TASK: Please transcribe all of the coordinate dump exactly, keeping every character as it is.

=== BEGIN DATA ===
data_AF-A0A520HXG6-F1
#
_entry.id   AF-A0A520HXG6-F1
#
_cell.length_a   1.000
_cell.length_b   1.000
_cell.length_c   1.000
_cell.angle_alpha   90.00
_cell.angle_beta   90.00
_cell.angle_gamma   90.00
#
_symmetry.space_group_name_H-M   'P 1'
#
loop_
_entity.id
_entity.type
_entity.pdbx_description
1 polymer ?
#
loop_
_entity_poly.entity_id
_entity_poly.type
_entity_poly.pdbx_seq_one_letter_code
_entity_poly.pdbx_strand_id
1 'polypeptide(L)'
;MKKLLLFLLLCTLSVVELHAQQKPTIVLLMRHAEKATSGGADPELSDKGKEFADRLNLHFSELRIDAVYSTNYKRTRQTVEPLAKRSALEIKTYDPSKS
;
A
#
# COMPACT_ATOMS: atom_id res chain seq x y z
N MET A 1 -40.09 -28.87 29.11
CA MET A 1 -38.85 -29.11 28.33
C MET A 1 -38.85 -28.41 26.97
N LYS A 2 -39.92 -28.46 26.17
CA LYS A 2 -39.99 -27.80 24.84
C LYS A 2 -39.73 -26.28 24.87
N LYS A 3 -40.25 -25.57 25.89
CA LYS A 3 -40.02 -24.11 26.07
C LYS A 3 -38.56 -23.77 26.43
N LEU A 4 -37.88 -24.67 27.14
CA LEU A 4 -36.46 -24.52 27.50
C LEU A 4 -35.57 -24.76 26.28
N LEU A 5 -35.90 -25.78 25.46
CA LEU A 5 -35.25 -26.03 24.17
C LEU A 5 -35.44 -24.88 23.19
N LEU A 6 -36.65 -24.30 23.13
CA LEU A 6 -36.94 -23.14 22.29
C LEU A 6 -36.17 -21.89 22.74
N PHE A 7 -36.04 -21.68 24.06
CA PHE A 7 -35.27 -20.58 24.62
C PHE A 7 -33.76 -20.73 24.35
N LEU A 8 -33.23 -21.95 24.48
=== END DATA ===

data_AF-A0A520HXG6-F1
#
_entry.id   AF-A0A520HXG6-F1
#
_cell.length_a   1.000
_cell.length_b   1.000
_cell.length_c   1.000
_cell.angle_alpha   90.00
_cell.angle_beta   90.00
_cell.angle_gamma   90.00
#
_symmetry.space_group_name_H-M   'P 1'
#
loop_
_entity.id
_entity.type
_entity.pdbx_description
1 polymer ?
#
loop_
_entity_poly.entity_id
_entity_poly.type
_entity_poly.pdbx_seq_one_letter_code
_entity_poly.pdbx_strand_id
1 'polypeptide(L)'
;MKKLLLFLLLCTLSVVELHAQQKPTIVLLMRHAEKATSGGADPELSDKGKEFADRLNLHFSELRIDAVYSTNYKRTRQTVEPLAKRSALEIKTYDPSKS
;
A
#
# COMPACT_ATOMS: atom_id res chain seq x y z
N MET A 1 -40.09 -28.87 29.11
CA MET A 1 -38.85 -29.11 28.33
C MET A 1 -38.85 -28.41 26.97
N LYS A 2 -39.92 -28.46 26.17
CA LYS A 2 -39.99 -27.80 24.84
C LYS A 2 -39.73 -26.28 24.87
N LYS A 3 -40.25 -25.57 25.89
CA LYS A 3 -40.02 -24.11 26.07
C LYS A 3 -38.56 -23.77 26.43
N LEU A 4 -37.88 -24.67 27.14
CA LEU A 4 -36.46 -24.52 27.50
C LEU A 4 -35.57 -24.76 26.28
N LEU A 5 -35.90 -25.78 25.46
CA LEU A 5 -35.25 -26.03 24.17
C LEU A 5 -35.44 -24.88 23.19
N LEU A 6 -36.65 -24.30 23.13
CA LEU A 6 -36.94 -23.14 22.29
C LEU A 6 -36.17 -21.89 22.74
N PHE A 7 -36.04 -21.68 24.06
CA PHE A 7 -35.27 -20.58 24.62
C PHE A 7 -33.76 -20.73 24.35
N LEU A 8 -33.23 -21.95 24.48